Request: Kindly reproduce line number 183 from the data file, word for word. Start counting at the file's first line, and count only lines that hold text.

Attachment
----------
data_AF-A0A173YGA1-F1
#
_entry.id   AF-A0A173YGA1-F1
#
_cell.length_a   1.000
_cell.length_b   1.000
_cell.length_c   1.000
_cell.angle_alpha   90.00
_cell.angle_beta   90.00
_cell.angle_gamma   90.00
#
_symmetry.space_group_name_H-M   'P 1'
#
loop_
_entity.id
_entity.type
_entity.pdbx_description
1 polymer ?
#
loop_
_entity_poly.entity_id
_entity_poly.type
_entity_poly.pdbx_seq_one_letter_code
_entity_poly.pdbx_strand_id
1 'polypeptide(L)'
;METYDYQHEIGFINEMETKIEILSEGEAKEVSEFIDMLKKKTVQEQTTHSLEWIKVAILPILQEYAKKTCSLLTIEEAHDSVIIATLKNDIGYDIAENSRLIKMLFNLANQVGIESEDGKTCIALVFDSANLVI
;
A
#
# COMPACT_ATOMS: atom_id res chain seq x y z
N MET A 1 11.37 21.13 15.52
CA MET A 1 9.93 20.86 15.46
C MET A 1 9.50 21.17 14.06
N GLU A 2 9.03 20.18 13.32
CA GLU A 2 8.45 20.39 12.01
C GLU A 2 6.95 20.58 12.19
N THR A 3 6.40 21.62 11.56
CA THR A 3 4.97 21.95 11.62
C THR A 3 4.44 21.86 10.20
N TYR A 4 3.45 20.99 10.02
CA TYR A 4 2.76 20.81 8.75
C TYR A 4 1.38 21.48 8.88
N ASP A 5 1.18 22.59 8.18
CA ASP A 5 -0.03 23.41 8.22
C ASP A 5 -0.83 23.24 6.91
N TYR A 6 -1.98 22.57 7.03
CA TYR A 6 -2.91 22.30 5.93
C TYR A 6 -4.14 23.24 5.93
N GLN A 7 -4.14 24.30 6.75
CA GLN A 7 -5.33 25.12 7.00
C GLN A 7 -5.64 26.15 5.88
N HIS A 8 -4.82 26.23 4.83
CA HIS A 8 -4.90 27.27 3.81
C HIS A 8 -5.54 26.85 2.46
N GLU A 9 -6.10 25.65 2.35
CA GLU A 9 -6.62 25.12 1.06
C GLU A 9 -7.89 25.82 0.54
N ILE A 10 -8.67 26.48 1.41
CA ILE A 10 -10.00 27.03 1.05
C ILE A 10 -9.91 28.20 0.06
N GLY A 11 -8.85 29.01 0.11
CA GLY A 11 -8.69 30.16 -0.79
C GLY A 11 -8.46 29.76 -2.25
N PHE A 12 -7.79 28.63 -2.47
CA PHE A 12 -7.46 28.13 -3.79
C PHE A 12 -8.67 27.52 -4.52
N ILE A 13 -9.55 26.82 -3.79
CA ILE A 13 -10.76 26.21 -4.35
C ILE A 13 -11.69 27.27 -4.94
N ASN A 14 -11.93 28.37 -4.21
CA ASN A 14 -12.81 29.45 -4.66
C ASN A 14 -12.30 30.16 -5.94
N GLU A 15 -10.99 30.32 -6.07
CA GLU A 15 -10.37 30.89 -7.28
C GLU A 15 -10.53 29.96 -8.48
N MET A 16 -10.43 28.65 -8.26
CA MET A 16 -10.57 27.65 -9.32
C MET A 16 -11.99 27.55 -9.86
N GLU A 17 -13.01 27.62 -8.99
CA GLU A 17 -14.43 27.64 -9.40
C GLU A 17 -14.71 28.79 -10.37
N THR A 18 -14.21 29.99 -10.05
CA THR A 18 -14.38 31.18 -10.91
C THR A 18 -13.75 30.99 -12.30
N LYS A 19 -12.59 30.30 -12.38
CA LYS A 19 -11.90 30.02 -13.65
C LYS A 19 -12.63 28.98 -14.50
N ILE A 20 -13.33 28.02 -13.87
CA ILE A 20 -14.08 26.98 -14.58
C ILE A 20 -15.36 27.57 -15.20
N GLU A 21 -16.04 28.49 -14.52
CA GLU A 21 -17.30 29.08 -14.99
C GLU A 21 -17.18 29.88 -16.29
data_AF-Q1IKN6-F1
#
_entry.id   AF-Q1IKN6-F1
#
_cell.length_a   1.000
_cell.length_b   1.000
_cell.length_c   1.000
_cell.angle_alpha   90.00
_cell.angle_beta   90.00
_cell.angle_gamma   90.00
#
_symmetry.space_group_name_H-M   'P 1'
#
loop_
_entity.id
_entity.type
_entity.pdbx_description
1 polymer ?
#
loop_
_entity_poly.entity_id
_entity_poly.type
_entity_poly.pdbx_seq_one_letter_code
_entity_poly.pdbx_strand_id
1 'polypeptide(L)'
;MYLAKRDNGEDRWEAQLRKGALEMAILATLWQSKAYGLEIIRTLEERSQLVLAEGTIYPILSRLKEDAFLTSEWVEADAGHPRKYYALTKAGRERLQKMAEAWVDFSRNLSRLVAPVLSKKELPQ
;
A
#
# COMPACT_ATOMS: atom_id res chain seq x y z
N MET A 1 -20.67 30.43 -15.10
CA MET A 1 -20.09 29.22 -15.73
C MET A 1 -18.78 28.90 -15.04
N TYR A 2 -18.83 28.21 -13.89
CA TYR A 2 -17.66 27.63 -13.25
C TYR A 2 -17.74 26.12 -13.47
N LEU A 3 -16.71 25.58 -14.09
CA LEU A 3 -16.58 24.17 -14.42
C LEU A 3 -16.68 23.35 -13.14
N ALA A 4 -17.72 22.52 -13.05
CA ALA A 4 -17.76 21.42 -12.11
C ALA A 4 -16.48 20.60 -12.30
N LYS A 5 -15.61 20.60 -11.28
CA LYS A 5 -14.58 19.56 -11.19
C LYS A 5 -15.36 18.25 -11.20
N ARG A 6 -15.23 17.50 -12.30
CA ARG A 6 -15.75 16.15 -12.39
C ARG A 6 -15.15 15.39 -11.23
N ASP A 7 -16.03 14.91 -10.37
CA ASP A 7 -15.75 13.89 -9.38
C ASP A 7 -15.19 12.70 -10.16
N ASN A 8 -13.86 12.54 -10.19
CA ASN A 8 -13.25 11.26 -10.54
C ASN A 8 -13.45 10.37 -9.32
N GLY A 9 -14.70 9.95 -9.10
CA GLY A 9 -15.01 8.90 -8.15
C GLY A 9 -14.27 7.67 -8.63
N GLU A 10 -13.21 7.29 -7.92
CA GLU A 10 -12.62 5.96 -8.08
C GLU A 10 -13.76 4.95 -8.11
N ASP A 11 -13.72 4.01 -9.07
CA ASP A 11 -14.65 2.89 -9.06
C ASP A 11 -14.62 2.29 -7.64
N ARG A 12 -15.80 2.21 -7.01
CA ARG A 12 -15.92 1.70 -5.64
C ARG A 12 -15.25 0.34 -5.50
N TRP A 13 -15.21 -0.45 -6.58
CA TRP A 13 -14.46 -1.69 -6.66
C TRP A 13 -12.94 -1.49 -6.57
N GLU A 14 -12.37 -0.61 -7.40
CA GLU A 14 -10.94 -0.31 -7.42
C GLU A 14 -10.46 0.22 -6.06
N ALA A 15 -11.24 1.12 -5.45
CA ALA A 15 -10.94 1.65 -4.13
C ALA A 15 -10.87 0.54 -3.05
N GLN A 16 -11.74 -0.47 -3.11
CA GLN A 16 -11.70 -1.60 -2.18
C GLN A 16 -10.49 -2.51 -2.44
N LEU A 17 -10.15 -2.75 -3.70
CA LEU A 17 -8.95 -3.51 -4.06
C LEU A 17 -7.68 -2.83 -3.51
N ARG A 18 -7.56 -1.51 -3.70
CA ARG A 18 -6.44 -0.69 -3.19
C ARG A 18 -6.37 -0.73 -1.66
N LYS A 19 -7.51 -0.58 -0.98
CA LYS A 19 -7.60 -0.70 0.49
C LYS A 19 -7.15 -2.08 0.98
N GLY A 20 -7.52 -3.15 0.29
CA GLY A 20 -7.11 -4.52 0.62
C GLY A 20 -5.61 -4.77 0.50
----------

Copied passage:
C GLY A 20 -5.61 -4.77 0.50